simulate this circuit – Schematic created using CircuitLab
As drawn, both (a) and (b) would be incorrect ways to use a potentiometer. The problem in both case is that as the wiper approaches the ground rail the resistance is falling and you are approaching a short-circuit on your supply. If you do try this you may burn out the carbon track or the wiper contacts.
The correct way to use a potentiometer - where the potential is adjustable on the wiper - is shown in (c). Here the supply always sees a 10 kΩ load and the output voltage varies between 0 and 10 V as the pot's wiper is moved to the top. (The actual output voltage will depend on the load resistance too.)
Neither pot in your op-amp schematic are configured as (a) or (b).
- The upper pot is the same as (c) but drawn sideways (which doesn't help understanding) and has two filter capacitors added.
- The lower pot is in a gain adjusting circuit and even when adjusted to 0 Ω it only forms part of a divider circuit with R4 which ensures that the output is never short-circuited to ground.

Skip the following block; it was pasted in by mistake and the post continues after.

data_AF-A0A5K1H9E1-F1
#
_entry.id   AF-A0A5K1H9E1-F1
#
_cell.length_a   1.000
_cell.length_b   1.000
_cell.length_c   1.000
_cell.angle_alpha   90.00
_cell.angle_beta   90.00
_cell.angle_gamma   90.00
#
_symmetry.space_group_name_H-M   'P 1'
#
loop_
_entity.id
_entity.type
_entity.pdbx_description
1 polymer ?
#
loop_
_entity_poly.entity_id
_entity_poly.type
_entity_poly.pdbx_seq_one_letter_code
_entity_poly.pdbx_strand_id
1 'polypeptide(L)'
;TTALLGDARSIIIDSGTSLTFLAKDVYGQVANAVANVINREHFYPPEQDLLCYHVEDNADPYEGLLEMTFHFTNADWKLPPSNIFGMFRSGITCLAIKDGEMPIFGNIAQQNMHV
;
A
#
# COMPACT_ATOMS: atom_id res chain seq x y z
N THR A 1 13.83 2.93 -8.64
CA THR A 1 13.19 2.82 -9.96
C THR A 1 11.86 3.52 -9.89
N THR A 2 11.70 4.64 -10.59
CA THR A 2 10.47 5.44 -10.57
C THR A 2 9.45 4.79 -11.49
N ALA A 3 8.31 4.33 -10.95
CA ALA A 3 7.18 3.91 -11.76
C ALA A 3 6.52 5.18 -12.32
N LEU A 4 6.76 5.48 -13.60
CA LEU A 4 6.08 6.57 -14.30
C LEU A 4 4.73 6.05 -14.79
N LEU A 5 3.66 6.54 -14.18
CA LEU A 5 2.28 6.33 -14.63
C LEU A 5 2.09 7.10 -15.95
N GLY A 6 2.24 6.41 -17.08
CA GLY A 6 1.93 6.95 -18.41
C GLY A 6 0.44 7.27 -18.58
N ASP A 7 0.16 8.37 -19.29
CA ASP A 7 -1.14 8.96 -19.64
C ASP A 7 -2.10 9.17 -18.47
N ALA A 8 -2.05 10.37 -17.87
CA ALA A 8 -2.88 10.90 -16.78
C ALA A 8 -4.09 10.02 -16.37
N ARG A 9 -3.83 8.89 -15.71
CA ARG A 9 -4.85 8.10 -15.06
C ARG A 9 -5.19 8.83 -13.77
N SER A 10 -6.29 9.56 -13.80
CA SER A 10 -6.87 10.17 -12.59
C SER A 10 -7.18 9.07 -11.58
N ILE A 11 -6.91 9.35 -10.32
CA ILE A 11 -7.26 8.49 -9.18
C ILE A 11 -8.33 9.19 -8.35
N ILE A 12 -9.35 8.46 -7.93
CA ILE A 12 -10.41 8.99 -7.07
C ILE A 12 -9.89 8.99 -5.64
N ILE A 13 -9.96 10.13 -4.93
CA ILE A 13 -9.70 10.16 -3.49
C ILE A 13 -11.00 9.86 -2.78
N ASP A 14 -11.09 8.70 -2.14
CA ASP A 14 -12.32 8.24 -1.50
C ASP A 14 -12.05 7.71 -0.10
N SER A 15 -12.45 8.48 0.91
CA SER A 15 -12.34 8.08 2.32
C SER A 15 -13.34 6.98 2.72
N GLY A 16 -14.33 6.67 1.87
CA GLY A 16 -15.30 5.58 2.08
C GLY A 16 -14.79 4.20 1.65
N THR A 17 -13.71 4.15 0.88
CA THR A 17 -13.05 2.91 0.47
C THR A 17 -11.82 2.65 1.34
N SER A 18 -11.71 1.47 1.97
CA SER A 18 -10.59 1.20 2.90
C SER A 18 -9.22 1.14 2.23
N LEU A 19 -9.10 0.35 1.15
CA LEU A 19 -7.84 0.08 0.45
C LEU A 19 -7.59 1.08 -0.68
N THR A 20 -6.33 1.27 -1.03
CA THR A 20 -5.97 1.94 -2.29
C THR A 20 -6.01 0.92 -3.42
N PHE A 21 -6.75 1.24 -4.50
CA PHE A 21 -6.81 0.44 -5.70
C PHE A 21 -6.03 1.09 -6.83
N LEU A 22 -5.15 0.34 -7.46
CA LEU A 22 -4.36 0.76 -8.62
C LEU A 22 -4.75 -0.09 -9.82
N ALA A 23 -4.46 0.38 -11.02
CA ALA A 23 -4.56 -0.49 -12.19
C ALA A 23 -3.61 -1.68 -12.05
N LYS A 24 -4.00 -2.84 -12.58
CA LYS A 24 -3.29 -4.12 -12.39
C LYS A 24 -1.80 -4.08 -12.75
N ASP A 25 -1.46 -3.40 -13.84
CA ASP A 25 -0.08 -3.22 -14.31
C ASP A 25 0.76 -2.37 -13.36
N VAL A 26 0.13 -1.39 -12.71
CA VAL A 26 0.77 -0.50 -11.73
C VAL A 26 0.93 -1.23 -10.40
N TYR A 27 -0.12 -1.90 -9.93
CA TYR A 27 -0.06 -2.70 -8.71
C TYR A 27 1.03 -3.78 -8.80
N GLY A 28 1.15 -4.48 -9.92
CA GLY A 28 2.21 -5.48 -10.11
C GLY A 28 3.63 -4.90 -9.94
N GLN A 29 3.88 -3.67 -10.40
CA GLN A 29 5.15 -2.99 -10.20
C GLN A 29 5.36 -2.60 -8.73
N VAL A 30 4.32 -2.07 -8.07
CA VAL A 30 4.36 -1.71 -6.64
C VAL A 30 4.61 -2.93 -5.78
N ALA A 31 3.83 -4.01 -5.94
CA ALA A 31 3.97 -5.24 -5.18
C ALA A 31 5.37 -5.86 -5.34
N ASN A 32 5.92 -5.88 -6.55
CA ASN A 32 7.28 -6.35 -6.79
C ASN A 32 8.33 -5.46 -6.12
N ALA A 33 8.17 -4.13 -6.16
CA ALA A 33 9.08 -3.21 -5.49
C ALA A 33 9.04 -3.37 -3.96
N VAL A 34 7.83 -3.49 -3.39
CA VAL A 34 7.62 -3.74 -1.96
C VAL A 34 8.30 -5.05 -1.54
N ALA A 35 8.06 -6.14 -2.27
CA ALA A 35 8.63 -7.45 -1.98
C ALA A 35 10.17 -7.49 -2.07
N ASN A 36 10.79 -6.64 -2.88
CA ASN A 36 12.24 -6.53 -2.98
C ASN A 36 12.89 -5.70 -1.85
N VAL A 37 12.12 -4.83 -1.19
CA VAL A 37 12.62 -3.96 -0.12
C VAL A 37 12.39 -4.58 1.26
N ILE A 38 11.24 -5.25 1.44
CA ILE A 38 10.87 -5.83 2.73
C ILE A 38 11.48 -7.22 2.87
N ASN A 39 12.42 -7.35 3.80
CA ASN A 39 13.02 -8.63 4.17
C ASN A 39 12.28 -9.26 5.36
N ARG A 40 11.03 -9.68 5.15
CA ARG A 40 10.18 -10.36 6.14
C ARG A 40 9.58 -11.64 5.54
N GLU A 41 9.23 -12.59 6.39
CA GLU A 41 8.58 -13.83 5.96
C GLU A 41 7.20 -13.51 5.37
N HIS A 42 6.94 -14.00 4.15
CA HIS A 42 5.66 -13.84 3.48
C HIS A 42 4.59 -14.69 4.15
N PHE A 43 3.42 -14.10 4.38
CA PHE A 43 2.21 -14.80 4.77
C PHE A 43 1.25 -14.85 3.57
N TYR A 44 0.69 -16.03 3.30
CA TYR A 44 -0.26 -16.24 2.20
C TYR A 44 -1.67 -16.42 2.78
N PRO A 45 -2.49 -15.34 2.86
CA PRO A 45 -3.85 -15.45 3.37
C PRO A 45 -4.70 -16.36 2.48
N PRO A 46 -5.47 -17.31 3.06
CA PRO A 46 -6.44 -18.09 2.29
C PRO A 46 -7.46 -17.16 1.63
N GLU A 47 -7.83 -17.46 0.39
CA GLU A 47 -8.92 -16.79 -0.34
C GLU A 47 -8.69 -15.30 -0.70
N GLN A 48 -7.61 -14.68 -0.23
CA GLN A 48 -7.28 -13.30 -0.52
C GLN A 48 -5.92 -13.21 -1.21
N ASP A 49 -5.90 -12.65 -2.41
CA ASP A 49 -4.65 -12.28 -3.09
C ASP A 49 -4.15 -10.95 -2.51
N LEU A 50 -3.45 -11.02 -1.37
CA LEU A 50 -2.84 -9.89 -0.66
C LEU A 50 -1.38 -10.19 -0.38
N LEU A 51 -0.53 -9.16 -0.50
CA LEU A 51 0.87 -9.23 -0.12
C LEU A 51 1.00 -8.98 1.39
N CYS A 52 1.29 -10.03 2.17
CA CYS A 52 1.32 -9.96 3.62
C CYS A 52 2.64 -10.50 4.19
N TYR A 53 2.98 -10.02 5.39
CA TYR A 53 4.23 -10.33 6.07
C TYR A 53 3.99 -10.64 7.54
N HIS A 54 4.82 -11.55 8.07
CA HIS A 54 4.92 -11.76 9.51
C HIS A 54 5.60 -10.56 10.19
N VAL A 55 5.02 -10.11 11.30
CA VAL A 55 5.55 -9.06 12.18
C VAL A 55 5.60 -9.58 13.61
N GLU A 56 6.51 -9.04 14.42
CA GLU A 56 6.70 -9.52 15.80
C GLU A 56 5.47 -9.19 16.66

From the comments:
Also, you say that in the upper there are two filter capacitors.
simulate this circuit
Figure 2. OP's schematic redrawn.
As redrawn here it should be more obvious that C1 is the decoupling capacitor on the 5 V supply and should be placed close to the op-amp.
C2 is a filter capacitor on the potentiometer wiper. It will help filter out any noise that comes through from the +5 V supply but as the wiper moves closer to the positive supply it's ability to filter becomes less due to the decreasing source resistance. In this case the pot would likely be left at mid position as it appears to be used to bias the non-inverting input to, typically, 2.5 V.